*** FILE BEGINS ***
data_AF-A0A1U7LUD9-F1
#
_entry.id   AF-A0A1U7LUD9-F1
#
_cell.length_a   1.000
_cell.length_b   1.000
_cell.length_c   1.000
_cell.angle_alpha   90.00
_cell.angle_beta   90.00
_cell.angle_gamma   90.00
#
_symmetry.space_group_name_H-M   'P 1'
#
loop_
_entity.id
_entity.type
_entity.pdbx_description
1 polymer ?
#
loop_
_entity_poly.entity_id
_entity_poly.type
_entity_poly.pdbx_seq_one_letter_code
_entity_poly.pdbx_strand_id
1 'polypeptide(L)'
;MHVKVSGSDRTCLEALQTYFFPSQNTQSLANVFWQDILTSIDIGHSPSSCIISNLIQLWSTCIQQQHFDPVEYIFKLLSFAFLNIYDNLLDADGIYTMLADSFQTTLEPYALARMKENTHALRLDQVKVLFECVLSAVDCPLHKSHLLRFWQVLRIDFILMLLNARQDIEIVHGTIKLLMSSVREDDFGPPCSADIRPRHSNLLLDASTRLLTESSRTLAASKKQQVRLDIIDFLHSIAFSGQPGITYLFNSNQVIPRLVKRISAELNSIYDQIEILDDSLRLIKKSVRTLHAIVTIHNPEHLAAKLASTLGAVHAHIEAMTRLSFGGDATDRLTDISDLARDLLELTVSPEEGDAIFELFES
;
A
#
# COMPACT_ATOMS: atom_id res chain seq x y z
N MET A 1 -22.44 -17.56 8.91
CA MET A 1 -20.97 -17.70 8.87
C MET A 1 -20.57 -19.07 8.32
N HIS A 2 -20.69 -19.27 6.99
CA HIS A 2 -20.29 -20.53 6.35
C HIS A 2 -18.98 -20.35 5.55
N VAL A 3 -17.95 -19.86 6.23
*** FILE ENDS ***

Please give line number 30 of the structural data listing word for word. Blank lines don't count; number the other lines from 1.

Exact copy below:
# COMPACT_ATOMS: atom_id res chain seq x y z